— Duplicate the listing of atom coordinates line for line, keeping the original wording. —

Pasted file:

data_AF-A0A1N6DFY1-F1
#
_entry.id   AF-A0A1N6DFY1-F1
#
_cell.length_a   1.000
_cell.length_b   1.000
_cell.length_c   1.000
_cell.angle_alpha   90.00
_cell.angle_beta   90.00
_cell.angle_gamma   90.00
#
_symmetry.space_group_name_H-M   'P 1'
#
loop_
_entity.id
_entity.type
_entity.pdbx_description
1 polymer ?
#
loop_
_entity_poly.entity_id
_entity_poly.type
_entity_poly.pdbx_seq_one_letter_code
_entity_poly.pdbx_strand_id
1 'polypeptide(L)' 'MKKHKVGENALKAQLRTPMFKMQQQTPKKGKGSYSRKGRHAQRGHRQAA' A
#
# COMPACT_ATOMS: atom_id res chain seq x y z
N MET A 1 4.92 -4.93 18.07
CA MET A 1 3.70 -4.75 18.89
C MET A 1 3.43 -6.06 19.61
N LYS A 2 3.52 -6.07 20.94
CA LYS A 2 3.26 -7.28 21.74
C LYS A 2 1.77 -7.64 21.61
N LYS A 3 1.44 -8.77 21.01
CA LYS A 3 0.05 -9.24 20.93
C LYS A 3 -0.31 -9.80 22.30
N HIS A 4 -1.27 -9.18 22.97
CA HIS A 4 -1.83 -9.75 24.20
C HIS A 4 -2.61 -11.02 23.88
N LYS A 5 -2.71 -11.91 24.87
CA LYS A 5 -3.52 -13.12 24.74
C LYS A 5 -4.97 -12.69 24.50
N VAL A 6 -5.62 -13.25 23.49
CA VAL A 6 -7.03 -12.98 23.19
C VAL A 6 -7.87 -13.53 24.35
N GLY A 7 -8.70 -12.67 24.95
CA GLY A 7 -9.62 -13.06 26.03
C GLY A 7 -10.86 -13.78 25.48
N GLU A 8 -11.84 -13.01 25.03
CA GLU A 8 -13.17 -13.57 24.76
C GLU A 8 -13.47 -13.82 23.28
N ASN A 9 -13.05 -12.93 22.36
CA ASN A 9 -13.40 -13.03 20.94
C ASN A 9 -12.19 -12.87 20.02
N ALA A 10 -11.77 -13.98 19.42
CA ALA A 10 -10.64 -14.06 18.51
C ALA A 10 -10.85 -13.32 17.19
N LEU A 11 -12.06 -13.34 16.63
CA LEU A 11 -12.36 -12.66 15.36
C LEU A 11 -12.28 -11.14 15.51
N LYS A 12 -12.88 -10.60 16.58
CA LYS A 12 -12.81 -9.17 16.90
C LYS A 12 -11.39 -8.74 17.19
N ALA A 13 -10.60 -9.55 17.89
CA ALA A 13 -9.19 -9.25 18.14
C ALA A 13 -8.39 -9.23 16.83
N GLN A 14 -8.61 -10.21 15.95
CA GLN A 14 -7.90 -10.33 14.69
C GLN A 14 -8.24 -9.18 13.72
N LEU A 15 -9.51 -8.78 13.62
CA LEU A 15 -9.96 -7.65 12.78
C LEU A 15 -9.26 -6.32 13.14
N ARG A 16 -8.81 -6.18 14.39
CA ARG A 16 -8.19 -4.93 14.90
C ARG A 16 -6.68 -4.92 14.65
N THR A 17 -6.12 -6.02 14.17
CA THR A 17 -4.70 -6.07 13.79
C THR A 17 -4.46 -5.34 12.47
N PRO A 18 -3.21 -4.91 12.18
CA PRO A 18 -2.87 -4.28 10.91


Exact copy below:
data_AF-A0A1N6DFY1-F1
#
_entry.id   AF-A0A1N6DFY1-F1
#
_cell.length_a   1.000
_cell.length_b   1.000
_cell.length_c   1.000
_cell.angle_alpha   90.00
_cell.angle_beta   90.00
_cell.angle_gamma   90.00
#
_symmetry.space_group_name_H-M   'P 1'
#
loop_
_entity.id
_entity.type
_entity.pdbx_description
1 polymer ?
#
loop_
_entity_poly.entity_id
_entity_poly.type
_entity_poly.pdbx_seq_one_letter_code
_entity_poly.pdbx_strand_id
1 'polypeptide(L)' 'MKKHKVGENALKAQLRTPMFKMQQQTPKKGKGSYSRKGRHAQRGHRQAA' A
#
# COMPACT_ATOMS: atom_id res chain seq x y z
N MET A 1 4.92 -4.93 18.07
CA MET A 1 3.70 -4.75 18.89
C MET A 1 3.43 -6.06 19.61
N LYS A 2 3.52 -6.07 20.94
CA LYS A 2 3.26 -7.28 21.74
C LYS A 2 1.77 -7.64 21.61
N LYS A 3 1.44 -8.77 21.01
CA LYS A 3 0.05 -9.24 20.93
C LYS A 3 -0.31 -9.80 22.30
N HIS A 4 -1.27 -9.18 22.97
CA HIS A 4 -1.83 -9.75 24.20
C HIS A 4 -2.61 -11.02 23.88
N LYS A 5 -2.71 -11.91 24.87
CA LYS A 5 -3.52 -13.12 24.74
C LYS A 5 -4.97 -12.69 24.50
N VAL A 6 -5.62 -13.25 23.49
CA VAL A 6 -7.03 -12.98 23.19
C VAL A 6 -7.87 -13.53 24.35
N GLY A 7 -8.70 -12.67 24.95
CA GLY A 7 -9.62 -13.06 26.03
C GLY A 7 -10.86 -13.78 25.48
N GLU A 8 -11.84 -13.01 25.03
CA GLU A 8 -13.17 -13.57 24.76
C GLU A 8 -13.47 -13.82 23.28
N ASN A 9 -13.05 -12.93 22.36
CA ASN A 9 -13.40 -13.03 20.94
C ASN A 9 -12.19 -12.87 20.02
N ALA A 10 -11.77 -13.98 19.42
CA ALA A 10 -10.64 -14.06 18.51
C ALA A 10 -10.85 -13.32 17.19
N LEU A 11 -12.06 -13.34 16.63
CA LEU A 11 -12.36 -12.66 15.36
C LEU A 11 -12.28 -11.14 15.51
N LYS A 12 -12.88 -10.60 16.58
CA LYS A 12 -12.81 -9.17 16.90
C LYS A 12 -11.39 -8.74 17.19
N ALA A 13 -10.60 -9.55 17.89
CA ALA A 13 -9.19 -9.25 18.14
C ALA A 13 -8.39 -9.23 16.83
N GLN A 14 -8.61 -10.21 15.95
CA GLN A 14 -7.90 -10.33 14.69
C GLN A 14 -8.24 -9.18 13.72
N LEU A 15 -9.51 -8.78 13.62
CA LEU A 15 -9.96 -7.65 12.78
C LEU A 15 -9.26 -6.32 13.14
N ARG A 16 -8.81 -6.18 14.39
CA ARG A 16 -8.19 -4.93 14.90
C ARG A 16 -6.68 -4.92 14.65
N THR A 17 -6.12 -6.02 14.17
CA THR A 17 -4.70 -6.07 13.79
C THR A 17 -4.46 -5.34 12.47
N PRO A 18 -3.21 -4.91 12.18
CA PRO A 18 -2.87 -4.28 10.91